By: Seth Karten, UC Davis
As cities and towns develop policies and infrastructure to accommodate the growth of shared, electric, and traditional bicycles, it is crucial that researchers, planners, and policymakers consider the wide range of experiences and needs among bicyclists. To address this, the February 15 seminar hosted by the Institute of Transportation Studies at UC Davis (ITS-Davis) focused on strategies for making bicycle research, policy, and advocacy more equitable, inclusive, and just.
Dr. Sarah McCullough of the UC Davis Feminist Research Institute (FRI) was the featured speaker at the seminar, sponsored through ITS-Davis’ partnership with the Pacific Southwest Region University Transportation Center.
The seminar, entitled “Equity, Justice, and Sociocultural Research on Bicycling Transportation,” emphasized how dialogue between qualitative researchers (e.g., ethnographers) and quantitative researchers (e.g., transportation modelers) and a shared knowledge of both fields will lead to better research.
McCullough summarized a recent study in which she and colleagues analyzed the literature on qualitative and quantitative bicycle research and found surprisingly little overlap between the two. Qualitative studies were generally published in books, under fields such as anthropology, sociology, and cultural studies, while quantitative studies appeared in journals on transportation studies, health and medicine, geography, and urban studies and planning.
Based on the literature analysis, McCullough recommended several strategies that we, as researchers, could implement to improve our work:
- Develop a sense of partial perspective. Increased awareness and forthright communication about how our personal, cultural, and professional background influence our interests, the questions we ask, and our methodology can lead to better, more honest research.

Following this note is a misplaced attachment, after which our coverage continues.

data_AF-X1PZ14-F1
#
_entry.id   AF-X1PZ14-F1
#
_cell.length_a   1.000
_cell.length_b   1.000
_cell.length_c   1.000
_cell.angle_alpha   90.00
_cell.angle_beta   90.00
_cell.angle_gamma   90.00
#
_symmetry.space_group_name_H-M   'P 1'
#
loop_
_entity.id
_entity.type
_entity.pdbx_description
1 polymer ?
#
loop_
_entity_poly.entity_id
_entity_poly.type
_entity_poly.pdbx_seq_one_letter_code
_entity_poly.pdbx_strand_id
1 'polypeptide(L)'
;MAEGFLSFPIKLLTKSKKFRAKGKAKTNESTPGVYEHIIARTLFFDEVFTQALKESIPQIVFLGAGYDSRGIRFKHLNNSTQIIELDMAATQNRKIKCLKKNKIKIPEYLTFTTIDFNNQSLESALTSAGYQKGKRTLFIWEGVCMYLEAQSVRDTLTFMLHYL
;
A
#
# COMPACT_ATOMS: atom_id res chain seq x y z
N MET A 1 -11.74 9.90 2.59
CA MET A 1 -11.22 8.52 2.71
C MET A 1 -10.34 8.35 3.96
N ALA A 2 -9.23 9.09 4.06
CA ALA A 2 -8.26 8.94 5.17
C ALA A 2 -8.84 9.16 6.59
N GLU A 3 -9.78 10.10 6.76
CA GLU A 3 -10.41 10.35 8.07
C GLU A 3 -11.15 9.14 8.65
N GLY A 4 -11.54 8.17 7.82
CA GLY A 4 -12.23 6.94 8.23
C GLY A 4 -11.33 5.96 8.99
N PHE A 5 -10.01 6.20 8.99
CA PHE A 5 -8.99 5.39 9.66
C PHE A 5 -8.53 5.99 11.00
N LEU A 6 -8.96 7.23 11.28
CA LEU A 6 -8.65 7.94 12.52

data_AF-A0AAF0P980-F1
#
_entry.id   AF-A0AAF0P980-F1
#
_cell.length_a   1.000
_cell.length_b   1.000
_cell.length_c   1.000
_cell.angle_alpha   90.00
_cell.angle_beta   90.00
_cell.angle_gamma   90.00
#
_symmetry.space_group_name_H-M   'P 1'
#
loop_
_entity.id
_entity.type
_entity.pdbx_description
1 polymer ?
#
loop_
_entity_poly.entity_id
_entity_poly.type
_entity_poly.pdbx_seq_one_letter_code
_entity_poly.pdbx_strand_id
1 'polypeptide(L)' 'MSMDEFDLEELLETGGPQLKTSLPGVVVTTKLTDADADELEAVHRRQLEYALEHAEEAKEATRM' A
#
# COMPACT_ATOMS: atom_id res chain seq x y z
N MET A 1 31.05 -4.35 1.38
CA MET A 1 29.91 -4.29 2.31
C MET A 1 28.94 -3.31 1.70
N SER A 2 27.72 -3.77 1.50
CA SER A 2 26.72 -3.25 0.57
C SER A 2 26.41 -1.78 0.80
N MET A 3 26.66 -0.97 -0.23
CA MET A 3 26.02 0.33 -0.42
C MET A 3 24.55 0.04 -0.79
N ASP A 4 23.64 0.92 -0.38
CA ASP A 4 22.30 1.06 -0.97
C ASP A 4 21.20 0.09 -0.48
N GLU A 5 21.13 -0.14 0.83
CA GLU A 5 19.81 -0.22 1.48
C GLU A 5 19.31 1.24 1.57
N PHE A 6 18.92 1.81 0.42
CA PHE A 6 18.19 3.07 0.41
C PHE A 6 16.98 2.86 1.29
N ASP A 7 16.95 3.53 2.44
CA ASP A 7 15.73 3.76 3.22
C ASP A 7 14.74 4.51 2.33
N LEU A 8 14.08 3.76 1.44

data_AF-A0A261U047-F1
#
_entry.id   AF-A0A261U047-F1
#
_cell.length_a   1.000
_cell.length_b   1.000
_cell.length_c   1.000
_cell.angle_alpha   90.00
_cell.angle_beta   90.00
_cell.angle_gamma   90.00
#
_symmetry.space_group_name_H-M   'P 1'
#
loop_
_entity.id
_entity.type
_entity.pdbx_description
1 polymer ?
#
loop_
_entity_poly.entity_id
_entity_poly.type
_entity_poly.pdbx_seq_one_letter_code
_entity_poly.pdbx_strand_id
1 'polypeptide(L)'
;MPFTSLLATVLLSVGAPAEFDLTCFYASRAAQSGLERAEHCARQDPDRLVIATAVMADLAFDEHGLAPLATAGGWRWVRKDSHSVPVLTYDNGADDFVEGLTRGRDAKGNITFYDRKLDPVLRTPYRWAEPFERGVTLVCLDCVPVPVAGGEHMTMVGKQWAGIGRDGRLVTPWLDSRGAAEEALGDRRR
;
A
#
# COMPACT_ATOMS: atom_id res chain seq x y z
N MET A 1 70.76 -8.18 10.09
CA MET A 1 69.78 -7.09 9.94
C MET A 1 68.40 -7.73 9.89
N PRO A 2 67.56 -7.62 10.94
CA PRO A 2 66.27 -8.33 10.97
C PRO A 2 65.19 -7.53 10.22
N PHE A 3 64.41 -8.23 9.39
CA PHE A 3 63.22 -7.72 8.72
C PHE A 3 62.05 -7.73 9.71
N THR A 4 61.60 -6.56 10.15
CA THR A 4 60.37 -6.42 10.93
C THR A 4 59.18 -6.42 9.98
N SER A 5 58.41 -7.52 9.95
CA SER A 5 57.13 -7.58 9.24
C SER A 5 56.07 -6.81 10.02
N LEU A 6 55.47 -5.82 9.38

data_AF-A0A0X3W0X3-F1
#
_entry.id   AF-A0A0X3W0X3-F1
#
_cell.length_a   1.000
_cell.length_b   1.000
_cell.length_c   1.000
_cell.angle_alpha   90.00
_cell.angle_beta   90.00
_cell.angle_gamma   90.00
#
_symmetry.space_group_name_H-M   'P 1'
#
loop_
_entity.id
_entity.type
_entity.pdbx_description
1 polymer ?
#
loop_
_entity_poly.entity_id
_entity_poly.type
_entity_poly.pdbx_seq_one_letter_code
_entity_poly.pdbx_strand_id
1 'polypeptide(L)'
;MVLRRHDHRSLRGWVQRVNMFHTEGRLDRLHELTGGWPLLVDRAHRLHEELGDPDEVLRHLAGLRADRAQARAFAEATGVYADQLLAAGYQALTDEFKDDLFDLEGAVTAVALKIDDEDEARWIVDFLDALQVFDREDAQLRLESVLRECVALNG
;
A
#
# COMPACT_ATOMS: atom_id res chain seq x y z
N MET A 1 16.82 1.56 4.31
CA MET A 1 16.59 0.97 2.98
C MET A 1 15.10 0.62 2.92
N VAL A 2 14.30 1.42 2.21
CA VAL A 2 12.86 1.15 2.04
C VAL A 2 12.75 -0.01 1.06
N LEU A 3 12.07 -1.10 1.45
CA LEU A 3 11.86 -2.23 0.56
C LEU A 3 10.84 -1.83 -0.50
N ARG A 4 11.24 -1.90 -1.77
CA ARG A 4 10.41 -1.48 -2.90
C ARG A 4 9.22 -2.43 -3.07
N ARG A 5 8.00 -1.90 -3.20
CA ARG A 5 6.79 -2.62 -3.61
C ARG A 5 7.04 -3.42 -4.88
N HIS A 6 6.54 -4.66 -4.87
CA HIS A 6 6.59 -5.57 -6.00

- Attend to history, context, and power. We, as researchers, should be aware of and consider local history—including real estate discrimination—in the regions where we study transportation. In addition, we should consider “invisible cyclists”—bicyclists traditionally overlooked by advocacy groups, who tend to be non-white, immigrant, and/or poor. Finally, we should be aware of power dynamics, in terms of who is included and excluded from having a voice in policy and planning decisions.
- Think intersectionally. We should consider how different aspects of identity—such as gender, ability, religion, nationality, sexuality, class, race—overlap and interact to shape experience.
- Representation matters: Pictures of who we show biking implies who should be biking. For example, images of “vehicular cycling”—the practice of riding bikes on the road in a manner that imitates motor vehicles—may be incompatible with how many people, such as children and families, ride.
Sarah McCullough, Ph.D. is the associate director of FRI, a lecturer in Science and Technology Studies and an affiliate of ITS-Davis. She conducts sociocultural research on mobility justice and transportation equity, particularly as it relates to sustainable and active transportation. Her areas of expertise include the influence of culture on science and technology, with a focus on technological innovation.
You can view a full recording of McCullough’s talk, part of ITS-Davis’ weekly seminar series, by clicking on Watch Video at the URL: https://its.ucdavis.edu/seminar/february-15-2019/
About the Author:
Seth Karten is the Science Writer at the Institute of Transportation Studies at UC Davis (ITS-Davis).